NEW DELHI (Reuters) - Twenty new coal mine projects by state-run Coal India, planned with annual capacity of 52 million tonnes (46 million tons), have been delayed by difficulties acquiring land and environmental clearances, the coal minister said on Thursday, underlining the uphill task he faces in reforming the sector.
The new government of Prime Minister Narendra Modi is hastening environmental clearances - which slowed to a trickle under the previous administration - to help fire up power plants and fulfill Modi’s campaign promise to light up every home.
But land acquisition remains a major problem, as it is largely controlled by India’s states, many of which are ruled by parties other than Modi’s Bharatiya Janata Party.
Coal and Power Minister Piyush Goyal told parliament the projects, costing more than 200 million rupees ($3 million), “could not be started due to constraints of land acquisition and environmental clearance”.
This month, a Coal India unit, Mahanadi Coalfields, had to halt operations at three mines in eastern Odisha state following protests over company plans to relocate nearby residents to make way for expansion. Politicians often side with displaced people.
Goyal told lawmakers six of the delayed mines, with estimated annual output of 27 million tonnes, could start this fiscal year, which ends on March 31. Most of the rest are likely to commence operation next year.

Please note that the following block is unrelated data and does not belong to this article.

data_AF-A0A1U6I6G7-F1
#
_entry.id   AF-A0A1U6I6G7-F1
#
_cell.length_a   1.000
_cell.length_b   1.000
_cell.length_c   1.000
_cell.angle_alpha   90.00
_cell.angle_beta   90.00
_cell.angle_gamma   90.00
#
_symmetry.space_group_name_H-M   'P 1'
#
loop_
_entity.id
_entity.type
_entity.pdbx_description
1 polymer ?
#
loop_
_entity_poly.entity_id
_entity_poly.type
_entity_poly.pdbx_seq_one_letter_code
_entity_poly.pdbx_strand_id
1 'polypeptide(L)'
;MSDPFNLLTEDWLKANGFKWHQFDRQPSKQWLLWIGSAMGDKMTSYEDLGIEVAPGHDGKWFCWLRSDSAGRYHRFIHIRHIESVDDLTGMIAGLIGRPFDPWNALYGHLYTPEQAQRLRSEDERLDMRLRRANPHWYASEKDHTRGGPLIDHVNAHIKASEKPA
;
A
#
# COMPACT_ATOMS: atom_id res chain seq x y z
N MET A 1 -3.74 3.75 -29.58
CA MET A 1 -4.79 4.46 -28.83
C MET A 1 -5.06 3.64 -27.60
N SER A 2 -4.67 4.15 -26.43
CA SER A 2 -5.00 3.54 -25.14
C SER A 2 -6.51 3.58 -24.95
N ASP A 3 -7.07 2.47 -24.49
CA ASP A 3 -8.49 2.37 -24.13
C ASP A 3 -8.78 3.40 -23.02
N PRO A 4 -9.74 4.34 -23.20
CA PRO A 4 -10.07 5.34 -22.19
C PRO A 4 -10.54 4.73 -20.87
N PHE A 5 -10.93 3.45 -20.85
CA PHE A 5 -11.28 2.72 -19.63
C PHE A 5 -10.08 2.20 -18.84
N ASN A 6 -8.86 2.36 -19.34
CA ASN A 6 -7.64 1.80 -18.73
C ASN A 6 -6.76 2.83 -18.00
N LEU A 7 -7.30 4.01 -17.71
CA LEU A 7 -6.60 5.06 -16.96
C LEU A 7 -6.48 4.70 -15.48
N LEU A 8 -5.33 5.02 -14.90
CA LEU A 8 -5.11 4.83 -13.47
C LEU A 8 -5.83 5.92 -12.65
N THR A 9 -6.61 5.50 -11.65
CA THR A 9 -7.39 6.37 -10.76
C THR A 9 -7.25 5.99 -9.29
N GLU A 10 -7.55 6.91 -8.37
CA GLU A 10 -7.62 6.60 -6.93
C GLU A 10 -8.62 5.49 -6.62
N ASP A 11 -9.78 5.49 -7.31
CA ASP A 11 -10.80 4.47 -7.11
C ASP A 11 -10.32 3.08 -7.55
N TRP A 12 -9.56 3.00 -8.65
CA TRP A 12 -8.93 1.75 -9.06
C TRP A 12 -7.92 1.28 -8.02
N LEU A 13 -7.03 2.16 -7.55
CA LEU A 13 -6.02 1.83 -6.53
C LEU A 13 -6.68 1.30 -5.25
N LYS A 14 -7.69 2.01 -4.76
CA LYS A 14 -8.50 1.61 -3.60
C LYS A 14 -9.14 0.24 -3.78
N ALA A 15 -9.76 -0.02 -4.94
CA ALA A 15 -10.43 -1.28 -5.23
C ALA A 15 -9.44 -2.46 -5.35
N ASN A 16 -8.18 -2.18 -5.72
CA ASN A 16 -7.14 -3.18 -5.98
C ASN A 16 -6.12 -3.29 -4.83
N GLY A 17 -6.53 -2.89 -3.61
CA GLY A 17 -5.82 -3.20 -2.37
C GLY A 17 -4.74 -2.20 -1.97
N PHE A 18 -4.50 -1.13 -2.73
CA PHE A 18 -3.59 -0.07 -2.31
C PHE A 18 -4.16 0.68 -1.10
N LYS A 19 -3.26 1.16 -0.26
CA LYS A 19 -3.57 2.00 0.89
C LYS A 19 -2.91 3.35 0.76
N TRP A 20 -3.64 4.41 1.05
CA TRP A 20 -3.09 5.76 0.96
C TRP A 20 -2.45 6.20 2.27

That should help boost the output of Coal India, which accounts for more than 80 percent of the fuel India digs out. The government has set the firm a target of 507 million tonnes for the current fiscal year, although it has failed to hit its target for years.
Coal India and closest rival Singareni Collieries, which together account for more than 90 percent of India’s coal production, plan to produce a total of 561.5 million tonnes this fiscal year.
But demand is expected to rise 6 percent to 787 million tonnes, which will mean shipments by the world’s third-largest coal importer could hit 200 million.
Reporting by Krishna N Das; Editing by Clarence Fernandez